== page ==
If the next action of the character requires a basic skill, such a gesture, the procedure continues to step 104 where the character performs the necessary basic skill. If the next action to be performed by the character is a manipulation, the procedure branches from step 98 to step 106, where the character moves to the object to be manipulated, if necessary. The procedure then continues to step 108 where the character grasps the object or otherwise manipulates the object as described in the HFSM.
Although step 98 illustrates a branch to one of three different steps depending on the next action, a particular action may require multiple skills (e.g., locomotion skills as well as manipulation skills). In that example, steps 100, 102, 106, and 108 are performed by the procedure. Thus, step 98 may cause the procedure to branch into multiple paths that are executed simultaneously. Additionally, one or more skills may be performed simultaneously with one or more other actions (step 96) that do not require skills. The actual skills and actions performed by a particular character are defined by the HFSM, as discussed above.
FIG. 11 illustrates an embodiment of a computer system that can be used with the present invention. For example, embodiments of the invention may use a computer of the type shown in FIG. 11 for creating or implementing animated characters. The various components in FIG. 11 are provided by way of example. Certain components of the computer in FIG. 11 can be deleted for particular implementations of the invention. The computer system shown in FIG. 11 may be any type of computer, including a general purpose computer.
FIG. 11 illustrates a system bus 300 to which various components and devices are coupled. A processor 302 performs the processing tasks required by the computer. Processor 302 may be any type of processing device capable of implementing the steps necessary to perform the various procedures and operations discussed above. An Input/Output (I/O) device 304 is coupled to bus 300 and provides a mechanism for communicating with other devices coupled to the computer. A Read-Only Memory (ROM) 306 and a Random Access Memory (RAM) 308 are coupled to bus 300 and provide a storage mechanism for various data and information used by the computer. Although ROM 306 and RAM 308 are shown coupled to bus 300, in alternate embodiments, ROM 306 and RAM 308 are coupled directly to processor 302 or coupled to a dedicated memory bus (not shown).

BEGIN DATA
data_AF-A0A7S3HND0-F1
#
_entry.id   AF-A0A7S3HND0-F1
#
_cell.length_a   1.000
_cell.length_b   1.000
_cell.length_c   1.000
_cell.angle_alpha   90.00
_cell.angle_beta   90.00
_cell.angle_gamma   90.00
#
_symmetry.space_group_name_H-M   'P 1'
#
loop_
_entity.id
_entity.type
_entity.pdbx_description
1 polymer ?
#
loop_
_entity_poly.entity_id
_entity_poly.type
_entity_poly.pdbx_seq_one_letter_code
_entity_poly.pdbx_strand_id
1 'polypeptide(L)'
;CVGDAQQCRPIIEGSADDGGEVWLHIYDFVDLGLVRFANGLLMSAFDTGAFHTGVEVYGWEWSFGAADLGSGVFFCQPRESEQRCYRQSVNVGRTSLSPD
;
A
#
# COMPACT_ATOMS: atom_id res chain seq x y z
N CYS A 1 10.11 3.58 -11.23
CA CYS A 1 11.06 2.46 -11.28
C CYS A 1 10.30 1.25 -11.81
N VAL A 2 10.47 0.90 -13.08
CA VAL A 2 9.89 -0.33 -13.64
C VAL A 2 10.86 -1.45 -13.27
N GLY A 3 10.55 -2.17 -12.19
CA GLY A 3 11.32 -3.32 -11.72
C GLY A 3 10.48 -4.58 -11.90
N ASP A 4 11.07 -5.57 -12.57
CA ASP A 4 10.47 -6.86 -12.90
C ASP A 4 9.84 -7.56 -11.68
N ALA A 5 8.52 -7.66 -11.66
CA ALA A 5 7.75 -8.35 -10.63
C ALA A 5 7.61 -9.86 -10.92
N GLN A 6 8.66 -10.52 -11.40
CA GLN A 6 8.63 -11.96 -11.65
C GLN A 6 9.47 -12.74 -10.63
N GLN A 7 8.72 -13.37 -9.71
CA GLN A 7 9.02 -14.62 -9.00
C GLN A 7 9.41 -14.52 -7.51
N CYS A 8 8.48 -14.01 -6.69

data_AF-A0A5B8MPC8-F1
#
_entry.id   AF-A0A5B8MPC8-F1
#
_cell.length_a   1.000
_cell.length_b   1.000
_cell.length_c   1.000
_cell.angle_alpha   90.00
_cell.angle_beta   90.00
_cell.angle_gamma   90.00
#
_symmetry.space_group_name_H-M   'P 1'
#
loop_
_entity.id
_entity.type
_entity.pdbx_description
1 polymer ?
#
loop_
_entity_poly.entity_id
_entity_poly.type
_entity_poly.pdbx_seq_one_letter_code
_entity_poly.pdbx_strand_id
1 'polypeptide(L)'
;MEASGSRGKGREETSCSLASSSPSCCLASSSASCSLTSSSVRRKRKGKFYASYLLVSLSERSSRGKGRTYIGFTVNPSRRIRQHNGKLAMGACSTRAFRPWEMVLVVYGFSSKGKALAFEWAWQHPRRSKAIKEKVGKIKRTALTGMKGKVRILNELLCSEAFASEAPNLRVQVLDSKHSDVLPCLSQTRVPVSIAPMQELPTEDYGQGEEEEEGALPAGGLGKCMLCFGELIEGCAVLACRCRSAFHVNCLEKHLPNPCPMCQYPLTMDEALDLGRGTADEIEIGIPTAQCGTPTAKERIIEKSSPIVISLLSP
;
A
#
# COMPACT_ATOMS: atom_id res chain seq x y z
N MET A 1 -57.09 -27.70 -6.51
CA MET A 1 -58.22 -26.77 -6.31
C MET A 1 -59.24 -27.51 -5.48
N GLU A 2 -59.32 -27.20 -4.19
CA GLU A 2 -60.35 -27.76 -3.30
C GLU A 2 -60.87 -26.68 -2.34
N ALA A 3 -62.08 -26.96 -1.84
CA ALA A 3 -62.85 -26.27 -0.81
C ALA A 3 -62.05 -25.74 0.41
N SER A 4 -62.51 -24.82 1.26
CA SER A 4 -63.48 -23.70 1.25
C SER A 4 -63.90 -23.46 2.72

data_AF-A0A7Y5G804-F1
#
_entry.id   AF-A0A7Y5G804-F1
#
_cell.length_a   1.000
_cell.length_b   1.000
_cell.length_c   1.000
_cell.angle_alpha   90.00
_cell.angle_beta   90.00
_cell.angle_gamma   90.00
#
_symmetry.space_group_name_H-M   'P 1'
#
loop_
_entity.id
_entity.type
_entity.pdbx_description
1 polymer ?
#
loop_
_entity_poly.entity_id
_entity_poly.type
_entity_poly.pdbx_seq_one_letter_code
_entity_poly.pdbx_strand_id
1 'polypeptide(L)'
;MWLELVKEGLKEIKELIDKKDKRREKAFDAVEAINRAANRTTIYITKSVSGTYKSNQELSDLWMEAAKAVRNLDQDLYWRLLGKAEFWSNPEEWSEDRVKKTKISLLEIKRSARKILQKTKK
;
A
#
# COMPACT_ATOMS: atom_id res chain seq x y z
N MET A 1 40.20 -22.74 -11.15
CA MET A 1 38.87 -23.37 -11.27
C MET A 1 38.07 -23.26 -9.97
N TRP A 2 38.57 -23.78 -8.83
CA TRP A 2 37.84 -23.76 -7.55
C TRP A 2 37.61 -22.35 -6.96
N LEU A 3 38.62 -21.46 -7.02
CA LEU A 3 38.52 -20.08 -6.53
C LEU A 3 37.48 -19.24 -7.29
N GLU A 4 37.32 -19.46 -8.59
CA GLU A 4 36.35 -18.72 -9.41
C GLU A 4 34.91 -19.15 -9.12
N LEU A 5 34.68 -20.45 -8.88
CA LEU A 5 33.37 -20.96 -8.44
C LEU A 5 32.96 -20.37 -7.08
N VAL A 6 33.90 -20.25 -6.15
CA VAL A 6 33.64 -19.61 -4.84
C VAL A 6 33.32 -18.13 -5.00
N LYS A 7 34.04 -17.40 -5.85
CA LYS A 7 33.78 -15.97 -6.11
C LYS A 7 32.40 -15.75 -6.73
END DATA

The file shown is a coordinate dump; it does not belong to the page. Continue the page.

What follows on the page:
A video display 310 is coupled to bus 300 and displays various information and data to the user of the computer. A disk drive 312 is coupled to bus 300 and provides a mechanism for the long-term mass storage of information. An input device 314 and a pointing device 316 are also coupled to bus 300 and allow the user of the computer to enter information and commands to the computer system. Input device 314 may be, for example, a keyboard, keypad, handwriting recognition device, or voice recognition device. Pointing device 316 includes, for example, a mouse, track ball, or touch pad. A printer 318 is coupled to bus 300 and is capable of creating a hard copy of information generated by or used by the computer.
Embodiments of the present invention may be implemented using a computer-readable medium (also referred to as a processor-readable medium) containing various sets of instructions, code sequences, configuration information, and other data used by a computer or other processing device. The various information stored on the computer-readable medium is used to perform various operations, such as those described above. In particular, the information stored on the computer-readable medium can be used to create and display animated characters on a display device. The computer-readable medium may be any type of magnetic, optical, or electrical storage medium including a diskette, magnetic tape, CD-ROM, memory device, or other storage medium.
From the above description and drawings, it will be understood by those of ordinary skill in the art that the particular embodiments shown and described are for purposes of illustration only and are not intended to limit the scope of the invention. Those of ordinary skill in the art will recognize that the invention may be embodied in other specific forms without departing from its spirit or essential characteristics. References to details of particular embodiments are not intended to limit the scope of the claims.
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|U.S. Classification||345/473, 345/474|
|Jul 6, 1998||AS||Assignment|
Owner name: MOTION FACTORY, INC., THE, CALIFORNIA
Free format text: ASSIGNMENT OF ASSIGNORS INTEREST;ASSIGNORS:KOGA, YOSHIHITO Y.;SVIHURA, MICHAEL J.;ZHU, DAVID J.;ANDOTHERS;REEL/FRAME:009301/0572;SIGNING DATES FROM 19980616 TO 19980622
|Jul 12, 2000||AS||Assignment|
|Sep 27, 2004||FPAY||Fee payment|
Year of fee payment: 4
|Sep 29, 2008||FPAY||Fee payment|
Year of fee payment: 8
|Dec 11, 2008||AS||Assignment|
Owner name: AUTODESK, INC.,CALIFORNIA
Free format text: ASSIGNMENT OF ASSIGNORS INTEREST;ASSIGNOR:AVID TECHNOLOGY, INC.;REEL/FRAME:021962/0974
Effective date: 20081117
|Sep 20, 2012||FPAY||Fee payment|
Year of fee payment: 12